Arrays

Look at the Arrays and Pointers in C section to understand the difference between Arrays and Pointers. Also have a look at the Low Level Look into Arrays and Pointers there.

Basically, we have been using arrays quite a few times now (e.g. in the Hello World program) but also pointers (e.g. in the Print Functions). Both the char* string pointer and the char string[] array are similar, yet different in C. Also, an int arr[] array is not much different from char string[] except for it not being necessarily null terminated.

To have a general understanding on Pointers p and Arrays a, look at the following picture: Array and Pointer

For further, have a look at the following examples taken from the PC Assembly Language book with additional comments.

Defining Arrays

segment .data

; define array of 10 bytes initialized to 10: char a0[] = {10, 10, 10, 10, 10, 10, 10, 10, 10, 10}
a0           db   10,10,10,10,10,10,10,10,10,10

; define array of 10 words initialized to 0: int16_t a2[] = {0,0,0,0,0,0,0,0,0,0,0}
a1           dw   0, 0, 0, 0, 0, 0, 0, 0, 0, 0

; define array of 10 double words initialized to 1,2,..,10: int32_t a1[] = {1,2,3,4,5,6,7,8,9,10}
a2           dd   1, 2, 3, 4, 5, 6, 7, 8, 9, 10

; same as a1, but using TIMES
a3           times 10 dw 0

; define array of bytes with 200 0’s and then a 100 1’s
a4           times 200 db 0
        times 100 db 1

segment .bss

; define an array of 10 uninitialized double words: int32_t a5[10]
a5           resd  10

; define an array of 100 uninitialized words: int16_t a6[100]
a6           resw  100

Using Arrays

The array elements are accessed in a way like [arr_label + #bytes * index] where arr_label is the name of the array, the #bytes the amount of bytes each element holds (e.g. a int32_t array has 32-bits, so 4 bytes for each element) while index is the index of the element you want to access. E.g.: arr_label[0] in C is the same ass [arr_label + 4 * 0] or [arr_label] in ASM and arr_label[2] is translated as [arr_label + 4 * 2] for a 32-bit array.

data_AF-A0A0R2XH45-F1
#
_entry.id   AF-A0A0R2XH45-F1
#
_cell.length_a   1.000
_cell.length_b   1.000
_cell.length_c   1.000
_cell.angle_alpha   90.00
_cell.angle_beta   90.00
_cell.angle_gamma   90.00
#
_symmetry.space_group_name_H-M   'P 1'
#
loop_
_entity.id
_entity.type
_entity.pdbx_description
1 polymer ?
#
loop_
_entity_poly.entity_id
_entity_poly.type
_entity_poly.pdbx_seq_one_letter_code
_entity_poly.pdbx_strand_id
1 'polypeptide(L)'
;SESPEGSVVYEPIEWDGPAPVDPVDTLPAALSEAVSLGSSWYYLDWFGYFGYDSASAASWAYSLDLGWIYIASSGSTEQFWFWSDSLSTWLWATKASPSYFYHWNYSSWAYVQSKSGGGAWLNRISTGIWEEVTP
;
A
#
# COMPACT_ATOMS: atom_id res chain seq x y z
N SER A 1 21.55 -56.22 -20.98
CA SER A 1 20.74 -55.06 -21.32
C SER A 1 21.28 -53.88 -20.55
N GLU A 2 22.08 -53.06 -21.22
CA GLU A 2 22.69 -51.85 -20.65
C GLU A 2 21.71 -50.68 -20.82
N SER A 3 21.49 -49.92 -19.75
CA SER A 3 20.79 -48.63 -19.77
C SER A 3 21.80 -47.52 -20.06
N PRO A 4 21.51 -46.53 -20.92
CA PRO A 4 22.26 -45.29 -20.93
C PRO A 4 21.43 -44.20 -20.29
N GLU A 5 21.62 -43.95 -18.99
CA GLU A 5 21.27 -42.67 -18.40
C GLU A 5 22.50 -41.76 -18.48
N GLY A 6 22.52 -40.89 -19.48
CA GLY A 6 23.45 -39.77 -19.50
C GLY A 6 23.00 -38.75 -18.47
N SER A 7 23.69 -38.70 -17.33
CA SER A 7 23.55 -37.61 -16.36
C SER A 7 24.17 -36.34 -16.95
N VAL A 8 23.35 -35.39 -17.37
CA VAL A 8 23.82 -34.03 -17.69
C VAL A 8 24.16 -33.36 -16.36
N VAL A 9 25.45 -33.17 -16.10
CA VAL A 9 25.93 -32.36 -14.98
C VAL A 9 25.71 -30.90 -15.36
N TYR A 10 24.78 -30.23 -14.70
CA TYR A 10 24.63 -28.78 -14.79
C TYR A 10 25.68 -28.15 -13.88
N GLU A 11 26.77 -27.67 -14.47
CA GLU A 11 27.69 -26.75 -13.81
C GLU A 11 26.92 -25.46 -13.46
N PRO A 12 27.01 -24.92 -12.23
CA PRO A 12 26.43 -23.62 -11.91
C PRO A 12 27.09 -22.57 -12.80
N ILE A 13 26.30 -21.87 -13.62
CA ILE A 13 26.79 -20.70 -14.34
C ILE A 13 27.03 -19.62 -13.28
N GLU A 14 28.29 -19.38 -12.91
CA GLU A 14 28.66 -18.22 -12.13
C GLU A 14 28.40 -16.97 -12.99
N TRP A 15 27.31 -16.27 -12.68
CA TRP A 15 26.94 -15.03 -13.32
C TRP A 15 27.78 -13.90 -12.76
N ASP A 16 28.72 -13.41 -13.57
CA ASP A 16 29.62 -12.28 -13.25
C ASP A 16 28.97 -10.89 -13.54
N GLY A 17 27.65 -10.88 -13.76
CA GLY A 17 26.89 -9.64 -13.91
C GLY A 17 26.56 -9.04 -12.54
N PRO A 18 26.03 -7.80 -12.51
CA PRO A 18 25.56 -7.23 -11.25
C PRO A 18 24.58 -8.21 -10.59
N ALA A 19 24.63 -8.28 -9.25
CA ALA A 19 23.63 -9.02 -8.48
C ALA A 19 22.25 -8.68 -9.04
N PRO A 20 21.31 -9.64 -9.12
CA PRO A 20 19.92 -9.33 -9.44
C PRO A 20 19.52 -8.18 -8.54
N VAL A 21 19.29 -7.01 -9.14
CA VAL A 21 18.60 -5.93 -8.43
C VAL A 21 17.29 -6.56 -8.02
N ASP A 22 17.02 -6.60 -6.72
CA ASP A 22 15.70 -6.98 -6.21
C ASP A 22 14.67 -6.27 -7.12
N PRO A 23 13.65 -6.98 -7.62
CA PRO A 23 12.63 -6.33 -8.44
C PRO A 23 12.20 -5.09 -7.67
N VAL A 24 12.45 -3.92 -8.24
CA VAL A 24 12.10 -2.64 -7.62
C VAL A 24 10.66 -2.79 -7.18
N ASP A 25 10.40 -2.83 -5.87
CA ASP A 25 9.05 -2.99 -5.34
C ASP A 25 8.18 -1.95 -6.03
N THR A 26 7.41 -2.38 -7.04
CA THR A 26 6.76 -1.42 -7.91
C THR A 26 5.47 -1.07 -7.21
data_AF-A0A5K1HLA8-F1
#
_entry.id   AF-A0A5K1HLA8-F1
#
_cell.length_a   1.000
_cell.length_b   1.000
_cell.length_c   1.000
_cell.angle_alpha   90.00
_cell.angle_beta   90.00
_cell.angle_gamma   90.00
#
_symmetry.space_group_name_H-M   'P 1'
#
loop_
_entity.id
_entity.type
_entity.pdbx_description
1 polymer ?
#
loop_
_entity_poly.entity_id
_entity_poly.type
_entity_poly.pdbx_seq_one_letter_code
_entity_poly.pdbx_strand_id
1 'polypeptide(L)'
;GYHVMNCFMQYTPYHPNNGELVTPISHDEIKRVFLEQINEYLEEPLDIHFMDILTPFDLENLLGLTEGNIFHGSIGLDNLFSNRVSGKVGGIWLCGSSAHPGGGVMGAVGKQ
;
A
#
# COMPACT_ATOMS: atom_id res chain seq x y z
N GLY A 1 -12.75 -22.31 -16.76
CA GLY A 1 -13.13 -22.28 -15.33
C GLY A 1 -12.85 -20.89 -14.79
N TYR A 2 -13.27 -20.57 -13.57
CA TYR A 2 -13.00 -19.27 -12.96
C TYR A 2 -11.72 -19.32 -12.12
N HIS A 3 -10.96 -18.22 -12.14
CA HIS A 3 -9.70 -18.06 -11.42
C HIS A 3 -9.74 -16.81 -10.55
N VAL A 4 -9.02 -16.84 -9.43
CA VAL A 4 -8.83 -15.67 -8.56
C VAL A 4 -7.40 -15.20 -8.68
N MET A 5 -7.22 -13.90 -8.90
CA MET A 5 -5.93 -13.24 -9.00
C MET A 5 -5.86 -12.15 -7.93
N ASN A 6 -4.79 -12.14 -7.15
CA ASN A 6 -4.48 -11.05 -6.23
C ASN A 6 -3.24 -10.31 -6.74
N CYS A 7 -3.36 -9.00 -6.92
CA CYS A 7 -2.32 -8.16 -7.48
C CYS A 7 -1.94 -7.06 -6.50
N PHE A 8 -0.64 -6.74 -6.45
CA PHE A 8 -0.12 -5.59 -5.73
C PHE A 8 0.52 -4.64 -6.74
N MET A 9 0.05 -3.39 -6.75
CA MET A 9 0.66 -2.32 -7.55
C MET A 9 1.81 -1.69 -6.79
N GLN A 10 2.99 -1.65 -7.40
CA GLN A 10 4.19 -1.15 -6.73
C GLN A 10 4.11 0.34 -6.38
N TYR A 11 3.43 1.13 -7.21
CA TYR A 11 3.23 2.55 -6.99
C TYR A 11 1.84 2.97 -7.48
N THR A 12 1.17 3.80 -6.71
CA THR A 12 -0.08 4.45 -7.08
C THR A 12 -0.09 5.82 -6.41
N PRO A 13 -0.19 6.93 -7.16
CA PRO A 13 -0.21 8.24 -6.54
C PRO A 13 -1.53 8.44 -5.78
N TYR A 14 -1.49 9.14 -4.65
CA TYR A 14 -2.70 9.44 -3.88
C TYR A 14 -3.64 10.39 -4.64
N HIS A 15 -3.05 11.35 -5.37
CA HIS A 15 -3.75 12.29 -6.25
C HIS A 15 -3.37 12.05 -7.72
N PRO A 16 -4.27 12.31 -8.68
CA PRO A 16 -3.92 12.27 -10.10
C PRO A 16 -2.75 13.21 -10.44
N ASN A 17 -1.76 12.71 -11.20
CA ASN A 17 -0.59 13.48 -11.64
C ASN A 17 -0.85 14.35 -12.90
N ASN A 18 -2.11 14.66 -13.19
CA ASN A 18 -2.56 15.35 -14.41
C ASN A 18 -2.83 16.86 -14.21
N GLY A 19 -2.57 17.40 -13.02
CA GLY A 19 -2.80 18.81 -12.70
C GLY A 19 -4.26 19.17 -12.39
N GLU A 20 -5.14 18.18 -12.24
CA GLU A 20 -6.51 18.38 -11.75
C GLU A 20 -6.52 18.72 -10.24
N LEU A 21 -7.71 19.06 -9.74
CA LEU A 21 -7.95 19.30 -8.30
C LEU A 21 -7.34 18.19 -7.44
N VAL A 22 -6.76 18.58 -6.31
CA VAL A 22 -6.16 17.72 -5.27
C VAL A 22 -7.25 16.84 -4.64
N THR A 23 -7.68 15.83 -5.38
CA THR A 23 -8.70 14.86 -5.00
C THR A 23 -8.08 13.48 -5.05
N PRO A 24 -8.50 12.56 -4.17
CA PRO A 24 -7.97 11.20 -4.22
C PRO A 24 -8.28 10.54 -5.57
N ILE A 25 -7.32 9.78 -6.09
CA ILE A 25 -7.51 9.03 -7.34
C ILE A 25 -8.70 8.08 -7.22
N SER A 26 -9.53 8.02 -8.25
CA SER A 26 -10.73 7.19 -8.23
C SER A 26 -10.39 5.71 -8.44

Examples:

The following examples use the above defined arrays for simplicity, so a0 := byte[], a1 := int16_t[]. Remember, int16_t is 2 bytes long.

mov    al, [a0]             ; al = a0[0]
mov    al, [a0 + 1]         ; al = a0[1]
mov    [a0 + 3], al         ; a0[3] = al
mov    ax, [a1]             ; ax = a1[0]
mov    ax, [a1 + 2]         ; ax = array2[1] (NOT array2[2]!)
mov    [a1 + 2], 2          ; a1[1] = 2
mov    ax, [a1 + 1]         ; ax = 0x0200 CAUTION: accessed a1[0.5]!!!

NOTE: in the final line, ax = 0x0200 because a1[0] = 0 and a1[1] = 2, so it results in a a[0.5] = 512. So make sure you are accessing the right address to get the right element!

Sum Elements

This is a non-trivial and actually not so effective way dealing with this problem, but it utilizes arrays, pointers, flags and branches for solving a very simple problem. Thus, don't go further before understanding the logic behind this code.

mov    ebx, a2           ; ebx = address of a2
mov    dx, 0             ; dx will hold sum
mov    ecx, 5            ; loop counter: 5 -> 0

sum_loop:
add    dl, [ebx]          ; dl += *(ebx), see Pointers in C
jnc    skip_highbit       ; if no carry goto next element
inc    dh                 ; inc higher 8 bit

skip_highbit:
inc    ebx 
loop   sum_loop

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